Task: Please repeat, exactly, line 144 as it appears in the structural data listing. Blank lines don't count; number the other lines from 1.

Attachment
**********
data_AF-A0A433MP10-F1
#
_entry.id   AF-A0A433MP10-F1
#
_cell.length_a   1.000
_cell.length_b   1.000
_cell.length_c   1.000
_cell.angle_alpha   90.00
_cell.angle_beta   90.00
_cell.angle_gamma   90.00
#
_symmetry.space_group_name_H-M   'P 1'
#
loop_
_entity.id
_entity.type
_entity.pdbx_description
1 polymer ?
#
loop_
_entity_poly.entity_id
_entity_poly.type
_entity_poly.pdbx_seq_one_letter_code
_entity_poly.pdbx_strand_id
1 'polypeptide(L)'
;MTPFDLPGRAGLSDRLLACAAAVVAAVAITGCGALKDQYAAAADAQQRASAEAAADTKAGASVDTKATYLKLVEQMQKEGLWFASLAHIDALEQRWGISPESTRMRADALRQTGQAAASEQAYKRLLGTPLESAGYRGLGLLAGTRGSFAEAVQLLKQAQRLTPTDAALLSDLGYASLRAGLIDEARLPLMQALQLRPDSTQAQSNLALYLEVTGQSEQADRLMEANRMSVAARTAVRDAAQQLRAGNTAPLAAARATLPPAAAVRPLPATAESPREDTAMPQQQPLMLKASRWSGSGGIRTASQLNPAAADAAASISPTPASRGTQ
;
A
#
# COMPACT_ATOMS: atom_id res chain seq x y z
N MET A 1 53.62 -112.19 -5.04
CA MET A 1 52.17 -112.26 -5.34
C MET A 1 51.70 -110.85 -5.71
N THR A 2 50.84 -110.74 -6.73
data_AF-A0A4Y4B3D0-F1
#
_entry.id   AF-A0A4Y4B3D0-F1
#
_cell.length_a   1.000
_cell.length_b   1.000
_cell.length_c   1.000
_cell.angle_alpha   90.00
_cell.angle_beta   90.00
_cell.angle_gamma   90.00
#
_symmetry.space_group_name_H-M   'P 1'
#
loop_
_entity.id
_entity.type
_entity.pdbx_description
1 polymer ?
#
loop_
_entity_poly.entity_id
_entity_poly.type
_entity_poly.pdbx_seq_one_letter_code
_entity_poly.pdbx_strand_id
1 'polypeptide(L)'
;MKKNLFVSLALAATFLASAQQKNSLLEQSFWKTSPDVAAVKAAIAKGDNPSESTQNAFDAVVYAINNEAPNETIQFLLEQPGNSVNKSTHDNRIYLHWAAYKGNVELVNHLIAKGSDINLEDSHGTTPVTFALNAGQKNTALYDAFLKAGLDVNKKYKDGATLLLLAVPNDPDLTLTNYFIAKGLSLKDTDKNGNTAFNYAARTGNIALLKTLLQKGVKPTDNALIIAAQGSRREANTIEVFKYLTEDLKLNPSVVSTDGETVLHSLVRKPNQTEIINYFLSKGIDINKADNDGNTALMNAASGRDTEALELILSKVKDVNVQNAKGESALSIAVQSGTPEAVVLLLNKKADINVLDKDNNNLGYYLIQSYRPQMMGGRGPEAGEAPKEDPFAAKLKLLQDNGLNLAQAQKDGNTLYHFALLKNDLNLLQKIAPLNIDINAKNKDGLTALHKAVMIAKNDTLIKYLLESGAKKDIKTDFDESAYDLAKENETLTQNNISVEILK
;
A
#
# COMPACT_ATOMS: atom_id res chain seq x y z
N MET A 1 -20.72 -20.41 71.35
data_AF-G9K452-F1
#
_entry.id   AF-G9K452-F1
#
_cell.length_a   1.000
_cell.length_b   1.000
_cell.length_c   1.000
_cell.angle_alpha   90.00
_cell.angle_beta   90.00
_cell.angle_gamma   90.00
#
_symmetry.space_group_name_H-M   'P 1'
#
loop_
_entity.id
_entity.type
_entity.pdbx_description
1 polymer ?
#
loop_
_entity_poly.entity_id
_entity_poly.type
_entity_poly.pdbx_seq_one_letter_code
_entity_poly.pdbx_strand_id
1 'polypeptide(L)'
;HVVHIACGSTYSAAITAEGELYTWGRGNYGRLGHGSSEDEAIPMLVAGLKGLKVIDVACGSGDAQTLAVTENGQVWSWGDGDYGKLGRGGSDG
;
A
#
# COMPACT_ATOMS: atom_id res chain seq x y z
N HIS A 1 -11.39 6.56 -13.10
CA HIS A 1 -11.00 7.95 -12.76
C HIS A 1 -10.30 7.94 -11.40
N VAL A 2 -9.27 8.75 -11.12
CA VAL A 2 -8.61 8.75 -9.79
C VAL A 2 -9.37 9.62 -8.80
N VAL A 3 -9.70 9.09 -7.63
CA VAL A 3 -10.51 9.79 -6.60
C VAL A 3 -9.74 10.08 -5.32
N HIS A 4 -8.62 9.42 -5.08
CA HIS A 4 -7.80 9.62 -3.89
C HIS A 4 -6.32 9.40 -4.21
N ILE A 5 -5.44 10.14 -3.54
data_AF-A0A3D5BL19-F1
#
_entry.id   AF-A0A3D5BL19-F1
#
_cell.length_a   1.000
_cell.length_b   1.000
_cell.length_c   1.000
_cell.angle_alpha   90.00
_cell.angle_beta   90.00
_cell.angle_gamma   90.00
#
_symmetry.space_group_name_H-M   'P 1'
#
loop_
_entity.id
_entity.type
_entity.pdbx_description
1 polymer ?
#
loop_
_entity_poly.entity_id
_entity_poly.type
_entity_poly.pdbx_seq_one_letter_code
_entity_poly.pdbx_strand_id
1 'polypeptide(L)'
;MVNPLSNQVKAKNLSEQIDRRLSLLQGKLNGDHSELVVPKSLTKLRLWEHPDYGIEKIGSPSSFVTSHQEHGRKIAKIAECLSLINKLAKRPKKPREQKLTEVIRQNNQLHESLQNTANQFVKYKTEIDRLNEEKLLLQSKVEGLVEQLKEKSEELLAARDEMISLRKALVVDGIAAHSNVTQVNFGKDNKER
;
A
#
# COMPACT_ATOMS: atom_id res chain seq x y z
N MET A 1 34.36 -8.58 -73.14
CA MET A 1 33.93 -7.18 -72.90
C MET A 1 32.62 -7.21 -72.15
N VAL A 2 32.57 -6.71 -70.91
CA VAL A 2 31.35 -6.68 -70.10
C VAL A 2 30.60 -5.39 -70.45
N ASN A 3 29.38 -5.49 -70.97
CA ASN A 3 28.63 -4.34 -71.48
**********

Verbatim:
C VAL A 2 30.60 -5.39 -70.45